Lifestyle changes such as exercising and eating a healthy diet are the first line of defense against high cholesterol. Unfortunately for people with the genetic disorder Familial Hypercholesterolemia (FH), lowering cholesterol naturally is not enough. Medical treatment and medication, or a combination of medications, are necessary to manage the dangerously high cholesterol levels that put these patients at risk for early and aggressive heart disease.
Cholesterol and the Body
Our bodies have a complicated relationship with cholesterol. Cholesterol does important work, including helping to develop the membranes of cells, composing bile, which digests food in the intestines, and allowing the body to make Vitamin D and vital hormones, including estrogen and testosterone (source: Harvard Medical School Guide to Lowering Your Cholesterol). In fact, cholesterol is so important that much of the cholesterol in our blood doesn’t come from the food we eat; it is produced by cells in the body. The liver is responsible for synthesizing and removing cholesterol, making it central to cholesterol level regulation.
As important as cholesterol is for us, it can’t float loosely in our blood. In order to be transported throughout the body, it needs to be packaged in particles called lipoproteins. High-density lipoproteins (HDL) are often called “good” cholesterol, while low-density lipoproteins (LDL) are referred to as “bad” cholesterol because they can deposit on and cluster in the blood vessels and block the arteries, a dangerous situation that can lead to a heart attack or stroke.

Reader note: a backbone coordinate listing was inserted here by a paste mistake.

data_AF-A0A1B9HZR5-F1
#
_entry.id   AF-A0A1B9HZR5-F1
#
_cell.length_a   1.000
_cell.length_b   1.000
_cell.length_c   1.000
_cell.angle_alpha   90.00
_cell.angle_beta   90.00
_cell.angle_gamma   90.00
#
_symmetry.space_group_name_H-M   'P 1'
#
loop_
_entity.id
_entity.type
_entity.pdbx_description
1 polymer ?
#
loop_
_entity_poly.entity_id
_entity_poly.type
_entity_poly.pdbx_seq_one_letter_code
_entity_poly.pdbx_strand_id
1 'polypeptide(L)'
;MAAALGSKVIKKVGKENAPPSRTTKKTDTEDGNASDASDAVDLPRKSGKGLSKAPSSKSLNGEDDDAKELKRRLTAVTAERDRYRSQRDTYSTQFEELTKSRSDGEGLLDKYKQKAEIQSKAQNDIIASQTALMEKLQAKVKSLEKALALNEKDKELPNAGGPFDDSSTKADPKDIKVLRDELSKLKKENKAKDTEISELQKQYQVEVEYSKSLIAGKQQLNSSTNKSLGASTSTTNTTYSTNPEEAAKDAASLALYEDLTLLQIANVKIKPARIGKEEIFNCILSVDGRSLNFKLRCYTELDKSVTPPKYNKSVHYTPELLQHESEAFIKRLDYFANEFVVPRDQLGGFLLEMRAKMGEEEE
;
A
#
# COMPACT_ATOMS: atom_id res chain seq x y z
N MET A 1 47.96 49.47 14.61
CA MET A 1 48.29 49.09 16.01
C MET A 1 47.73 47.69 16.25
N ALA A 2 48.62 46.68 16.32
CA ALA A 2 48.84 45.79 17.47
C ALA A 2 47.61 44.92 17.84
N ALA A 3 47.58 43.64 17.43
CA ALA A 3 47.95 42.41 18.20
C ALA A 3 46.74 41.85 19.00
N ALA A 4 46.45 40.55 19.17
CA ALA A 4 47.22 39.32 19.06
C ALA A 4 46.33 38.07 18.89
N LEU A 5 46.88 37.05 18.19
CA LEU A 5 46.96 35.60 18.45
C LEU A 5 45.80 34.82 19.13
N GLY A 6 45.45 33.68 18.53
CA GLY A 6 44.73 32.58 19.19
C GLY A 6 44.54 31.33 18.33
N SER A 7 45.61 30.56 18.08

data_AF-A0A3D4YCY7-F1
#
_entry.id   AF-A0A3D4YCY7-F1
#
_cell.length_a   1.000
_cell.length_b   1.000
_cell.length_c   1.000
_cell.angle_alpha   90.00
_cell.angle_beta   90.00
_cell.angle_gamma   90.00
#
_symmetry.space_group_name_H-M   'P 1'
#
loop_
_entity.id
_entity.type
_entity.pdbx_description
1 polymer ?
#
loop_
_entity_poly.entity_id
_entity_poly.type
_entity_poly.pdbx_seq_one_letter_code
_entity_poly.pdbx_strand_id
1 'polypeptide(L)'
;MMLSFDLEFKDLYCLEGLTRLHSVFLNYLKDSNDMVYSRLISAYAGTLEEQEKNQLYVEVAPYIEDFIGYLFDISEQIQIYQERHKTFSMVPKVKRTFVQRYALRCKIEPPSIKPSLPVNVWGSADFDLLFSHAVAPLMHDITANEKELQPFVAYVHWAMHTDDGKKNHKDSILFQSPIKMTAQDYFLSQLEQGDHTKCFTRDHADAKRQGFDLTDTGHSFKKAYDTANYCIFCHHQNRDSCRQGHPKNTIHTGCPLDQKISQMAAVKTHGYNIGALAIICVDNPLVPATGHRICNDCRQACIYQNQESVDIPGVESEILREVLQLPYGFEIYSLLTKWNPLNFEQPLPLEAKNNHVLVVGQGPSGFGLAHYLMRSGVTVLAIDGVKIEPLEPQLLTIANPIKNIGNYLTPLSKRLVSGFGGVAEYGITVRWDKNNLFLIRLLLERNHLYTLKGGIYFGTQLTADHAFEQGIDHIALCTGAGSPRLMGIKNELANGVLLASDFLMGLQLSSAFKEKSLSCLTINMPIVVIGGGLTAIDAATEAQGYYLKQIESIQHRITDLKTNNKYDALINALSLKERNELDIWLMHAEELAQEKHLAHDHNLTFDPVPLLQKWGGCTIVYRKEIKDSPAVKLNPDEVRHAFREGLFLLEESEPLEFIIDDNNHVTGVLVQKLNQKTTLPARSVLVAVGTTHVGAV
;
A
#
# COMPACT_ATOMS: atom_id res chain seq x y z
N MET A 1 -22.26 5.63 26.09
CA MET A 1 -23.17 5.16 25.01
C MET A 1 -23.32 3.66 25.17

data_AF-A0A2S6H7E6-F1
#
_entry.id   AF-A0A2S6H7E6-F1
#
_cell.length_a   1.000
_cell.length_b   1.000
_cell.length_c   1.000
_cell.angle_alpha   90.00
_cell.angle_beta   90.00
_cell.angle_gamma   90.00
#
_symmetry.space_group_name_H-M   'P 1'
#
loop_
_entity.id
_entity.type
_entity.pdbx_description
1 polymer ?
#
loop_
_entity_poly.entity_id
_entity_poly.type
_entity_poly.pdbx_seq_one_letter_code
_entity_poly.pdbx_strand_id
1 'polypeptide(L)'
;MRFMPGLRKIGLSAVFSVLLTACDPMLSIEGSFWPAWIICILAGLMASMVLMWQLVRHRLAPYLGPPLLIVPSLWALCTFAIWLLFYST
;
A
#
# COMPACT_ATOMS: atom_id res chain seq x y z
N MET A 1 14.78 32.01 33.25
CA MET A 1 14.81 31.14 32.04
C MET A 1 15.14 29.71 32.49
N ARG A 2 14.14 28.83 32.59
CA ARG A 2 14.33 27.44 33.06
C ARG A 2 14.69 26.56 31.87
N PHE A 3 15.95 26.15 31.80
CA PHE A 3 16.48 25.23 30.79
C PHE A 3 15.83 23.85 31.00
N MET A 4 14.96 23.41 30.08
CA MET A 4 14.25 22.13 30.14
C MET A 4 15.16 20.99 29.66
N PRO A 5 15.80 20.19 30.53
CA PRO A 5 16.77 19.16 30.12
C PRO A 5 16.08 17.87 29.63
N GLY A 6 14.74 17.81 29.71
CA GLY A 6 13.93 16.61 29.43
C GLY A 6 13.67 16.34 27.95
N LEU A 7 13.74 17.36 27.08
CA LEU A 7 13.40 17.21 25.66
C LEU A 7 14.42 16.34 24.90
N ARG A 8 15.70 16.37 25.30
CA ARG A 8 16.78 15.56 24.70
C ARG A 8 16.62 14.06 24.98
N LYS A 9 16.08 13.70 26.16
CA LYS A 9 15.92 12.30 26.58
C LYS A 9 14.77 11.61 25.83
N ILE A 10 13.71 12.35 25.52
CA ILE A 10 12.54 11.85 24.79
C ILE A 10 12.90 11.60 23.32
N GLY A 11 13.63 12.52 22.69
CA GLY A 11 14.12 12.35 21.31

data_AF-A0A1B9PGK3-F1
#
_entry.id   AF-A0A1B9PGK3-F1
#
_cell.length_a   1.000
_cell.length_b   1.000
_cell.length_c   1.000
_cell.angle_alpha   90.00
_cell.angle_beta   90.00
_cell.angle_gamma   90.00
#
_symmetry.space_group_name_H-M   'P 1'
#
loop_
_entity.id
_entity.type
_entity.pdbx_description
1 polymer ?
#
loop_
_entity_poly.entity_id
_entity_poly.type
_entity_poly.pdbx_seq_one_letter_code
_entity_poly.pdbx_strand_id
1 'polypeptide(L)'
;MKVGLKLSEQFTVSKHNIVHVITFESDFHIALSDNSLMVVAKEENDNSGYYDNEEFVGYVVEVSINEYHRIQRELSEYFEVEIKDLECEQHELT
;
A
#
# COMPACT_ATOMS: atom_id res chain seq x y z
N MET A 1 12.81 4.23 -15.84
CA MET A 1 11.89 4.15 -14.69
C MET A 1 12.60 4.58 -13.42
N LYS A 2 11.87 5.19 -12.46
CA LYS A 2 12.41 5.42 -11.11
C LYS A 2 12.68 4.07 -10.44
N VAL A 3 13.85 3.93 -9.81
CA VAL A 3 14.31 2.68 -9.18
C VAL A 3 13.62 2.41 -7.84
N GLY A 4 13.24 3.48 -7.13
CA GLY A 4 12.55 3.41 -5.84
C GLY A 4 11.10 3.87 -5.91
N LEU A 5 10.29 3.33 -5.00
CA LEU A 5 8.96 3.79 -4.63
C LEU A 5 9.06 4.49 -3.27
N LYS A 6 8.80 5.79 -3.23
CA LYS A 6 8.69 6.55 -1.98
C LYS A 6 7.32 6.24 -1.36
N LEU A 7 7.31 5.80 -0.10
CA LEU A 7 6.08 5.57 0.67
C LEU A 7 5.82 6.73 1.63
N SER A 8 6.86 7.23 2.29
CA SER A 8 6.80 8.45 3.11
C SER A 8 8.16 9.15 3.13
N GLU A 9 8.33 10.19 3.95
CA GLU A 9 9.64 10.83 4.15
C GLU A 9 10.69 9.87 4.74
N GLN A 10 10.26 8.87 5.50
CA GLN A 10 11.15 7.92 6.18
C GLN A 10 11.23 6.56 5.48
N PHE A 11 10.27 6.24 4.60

The Challenge of FH
For people who don’t have FH, high cholesterol is often the result of unhealthy lifestyle choices. Lowering cholesterol naturally by eating a healthy diet, exercising regularly, not smoking and limiting exposure to secondhand smoke is often the only treatment they need.
In patients with FH, the same approach of lowering cholesterol naturally is helpful, but is not enough. Their genetic condition makes the liver incapable of removing excess LDL. This causes their LDL cholesterol levels to be three to six times higher than normal. Because these cholesterol readings are so excessive and the cause is genetic, lifestyle modifications can’t lower them enough to fall within a safe range.
When Lowering Cholesterol Naturally Isn’t Enough
As important as it is for FH patients to live a healthy lifestyle and to do all they can to work on lowering cholesterol naturally through diet, exercise and avoiding tobacco smoke, most of them will find themselves on medication therapy. Although statin medications are the mainstay, an FH patient typically is treated with a combination of medications, in which each one has a different role and complements the others. Commonly prescribed cholesterol-lowering drugs include:
- Statins, which inhibit the liver’s production of the enzyme responsible for making cholesterol
- Cholesterol absorbers and bile acid sequestrants, which decrease and prevent cholesterol absorption in the intestine
New clinical research trials will hopefully set precedence for newer or different cholesterol-lowering medications in the future. If you have FH, consult an FH Specialist about the right treatment options and medication combinations for you.
For more information about FH and how to treat it, contact theFH Foundation, a patient-centered non-profit organization dedicated to education, advocacy and research, at (626) 465-1234 or visit their website at http://thefhfoundation.org/.